Table 3

NHLBI Quality Rating of the Strength of Evidence

Type of EvidenceQuality Rating
  • Well-designed, well-executed RCT that adequately represent populations to which the results are applied and directly assess effects on health outcomes.

  • Meta-analyses of such studies.

Highly certain about the estimate of effect. Further research is unlikely to change our confidence in the estimate of effect.
  • RCT with minor limitations affecting confidence in, or applicability of, the results.

  • Well-designed, well-executed nonrandomized controlled studies§ and well-designed, well-executed observational studies.

  • Meta-analyses of such studies.

Moderately certain about the estimate of effect. Further research may have an impact on our confidence in the estimate of effect and may change the estimate.
  • RCT with major limitations.

  • Nonrandomized controlled studies and observational studies with major limitations affecting confidence in, or applicability of, the results.

  • Uncontrolled clinical observations without an appropriate comparison group (e.g., case series, case reports).

  • Physiological studies in humans.

  • Meta-analyses of such studies.

Low certainty about the estimate of effect. Further research is likely to have an impact on our confidence in the estimate of effect and is likely to change the estimate.

NHLBI indicates National Heart, Lung, and Blood Institute; and RCT, randomized controlled trials.

  • In some cases, other evidence, such as large all-or-none case series (e.g., jumping from airplanes or tall structures), can represent high- or moderate-quality evidence. In such cases, the rationale for the evidence rating exception should be explained by the Work Group and clearly justified.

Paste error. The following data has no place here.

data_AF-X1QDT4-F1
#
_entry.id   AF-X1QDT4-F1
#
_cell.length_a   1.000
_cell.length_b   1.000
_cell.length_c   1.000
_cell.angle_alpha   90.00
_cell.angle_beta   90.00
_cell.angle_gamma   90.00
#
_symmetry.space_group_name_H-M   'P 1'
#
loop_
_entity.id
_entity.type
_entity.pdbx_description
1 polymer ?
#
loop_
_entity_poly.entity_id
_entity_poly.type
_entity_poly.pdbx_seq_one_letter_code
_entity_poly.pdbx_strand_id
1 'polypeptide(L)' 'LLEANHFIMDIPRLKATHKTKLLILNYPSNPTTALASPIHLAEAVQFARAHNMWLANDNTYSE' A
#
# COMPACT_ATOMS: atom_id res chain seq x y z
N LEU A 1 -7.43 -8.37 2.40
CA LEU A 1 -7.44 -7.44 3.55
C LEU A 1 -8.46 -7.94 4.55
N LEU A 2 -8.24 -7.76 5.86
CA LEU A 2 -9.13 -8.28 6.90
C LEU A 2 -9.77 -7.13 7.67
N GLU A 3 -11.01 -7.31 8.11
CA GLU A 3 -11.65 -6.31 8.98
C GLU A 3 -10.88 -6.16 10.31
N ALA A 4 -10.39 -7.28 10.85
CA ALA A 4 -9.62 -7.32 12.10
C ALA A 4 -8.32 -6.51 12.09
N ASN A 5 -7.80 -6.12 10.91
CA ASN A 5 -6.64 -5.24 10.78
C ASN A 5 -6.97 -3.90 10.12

• “Well-designed, well-executed” refers to studies that directly address the question; use adequate randomization, blinding, and allocation concealment; are adequately powered; use intention-to-treat analyses; and have high follow-up rates.

  • Limitations include concerns with the design and execution of a study that result in decreased confidence in the true estimate of the effect. Examples of such limitations include but are not limited to: inadequate randomization, lack of blinding of study participants or outcome assessors, inadequate power, outcomes of interest that are not prespecified for the primary outcomes, low follow-up rates, and findings based on subgroup analyses. Whether the limitations are considered minor or major is based on the number and severity of flaws in design or execution. Rules for determining whether the limitations are considered minor or major and how they will affect rating of the individual studies will be developed collaboratively with the methodology team.

  • § Nonrandomized controlled studies refer to intervention studies where assignment to intervention and comparison groups is not random (e.g., quasi-experimental study design).

  • Observational studies include prospective and retrospective cohort, case-control, and cross-sectional studies.